If there is a heaven, Samantha has been welcomed there by the hosannas of the hundreds of animals who were rescued from that death camp and the thousands of others who were spared the misfortune of ever being surrendered there. NYSHA produced a video of the case, and the end scene features Samantha waving a chain saw in the air, gesturing toward the “Animals Farm Home” sign before she plunged the blade into the wood, destroying it. Shutting down the Animals Farm Home lead to a spate of other hoarder cases that Samantha expertly assisted with across upstate New York — places that should have been closed down long before.Despite the time spent on hoarder cases, Samantha also actively lobbied the New York State legislature for improved animal legislation. Though she was diplomatic and professional, it was clear that this diminutive power house was a force to be reckoned with. A pretty and petite woman, she could pack a verbal punch when necessary. A proponent of mandatory spay/neuter of dogs and cats, her efforts lead to the passage of a key bill that required the sterilization of all dogs and cats adopted from NY State animal shelters. It was added to Article 26 of the Agriculture and Markets laws as Section 377. This piece of legislation alone has doubtlessly saved hundreds of thousands of unwanted animals from being born, often into a life of suffering.
Her dedication to shelter animals was matched by her devotion to shelter staff for whom she had the greatest respect and appreciation. To support them in their demanding work, she produced “Shelter Standards” workshops in various parts of the state. The workshops included segments on the latest sanitation techniques, information on the most humane methods of euthanasia for the technicians performing that sad but necessary task, and counseling sessions on “shelter burnout” for those faced with the daily challenges of running an animal shelter. Employees who attended these workshops felt they had finally found a place where they were understood and appreciated.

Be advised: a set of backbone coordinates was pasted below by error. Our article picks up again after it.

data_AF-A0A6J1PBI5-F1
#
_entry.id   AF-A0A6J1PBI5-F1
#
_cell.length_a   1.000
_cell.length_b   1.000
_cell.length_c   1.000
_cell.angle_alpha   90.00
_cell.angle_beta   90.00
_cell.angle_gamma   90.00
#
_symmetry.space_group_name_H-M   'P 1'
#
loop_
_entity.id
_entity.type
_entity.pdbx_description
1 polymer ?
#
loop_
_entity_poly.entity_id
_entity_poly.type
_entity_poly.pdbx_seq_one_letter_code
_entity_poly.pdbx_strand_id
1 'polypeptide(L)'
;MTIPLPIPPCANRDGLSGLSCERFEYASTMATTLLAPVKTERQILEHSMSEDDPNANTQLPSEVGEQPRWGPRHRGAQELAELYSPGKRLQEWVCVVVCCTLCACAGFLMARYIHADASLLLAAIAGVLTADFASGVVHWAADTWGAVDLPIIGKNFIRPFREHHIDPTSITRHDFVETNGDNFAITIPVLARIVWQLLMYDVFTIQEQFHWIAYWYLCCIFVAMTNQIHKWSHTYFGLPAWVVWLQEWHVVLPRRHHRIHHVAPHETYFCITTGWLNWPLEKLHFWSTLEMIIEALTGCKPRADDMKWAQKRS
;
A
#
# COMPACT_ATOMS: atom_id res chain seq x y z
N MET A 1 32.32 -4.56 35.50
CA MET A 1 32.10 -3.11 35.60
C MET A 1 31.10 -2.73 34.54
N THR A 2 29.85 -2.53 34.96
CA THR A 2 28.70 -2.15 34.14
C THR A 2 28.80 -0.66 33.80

News of Samantha’s stellar work spread, and in 1994, The HSUS hired her as Director, Animal Care and Sheltering. She embraced this opportunity to effect positive change for animals with a national focus. The job meant relocating to Maryland, and later NJ, but she knew she would some day return to New York. At The HSUS she produced various programs to bring innovations to the shelter community and participated in the production of the yearly Expo, held in various cities across the country.
The year 2003 took her on a detour from her normal duties when she became involved with a major dog fighting case. The NYS Police, along with police agencies in several states, were investigating a large dog fighting network. The kingpin was located in Orange County, NY. The police called in The HSUS and the New York State Humane Association for assistance. Samantha headed the animal team that entered the Orange County property with police, helping to remove the animals for placement at various shelters. She worked with the DA’s office to ensure animal reports and evidence was collected. The dog fighter was subsequently found guilty, was sentenced to prison, and forced to pay restitution to the agencies that cared for the animals.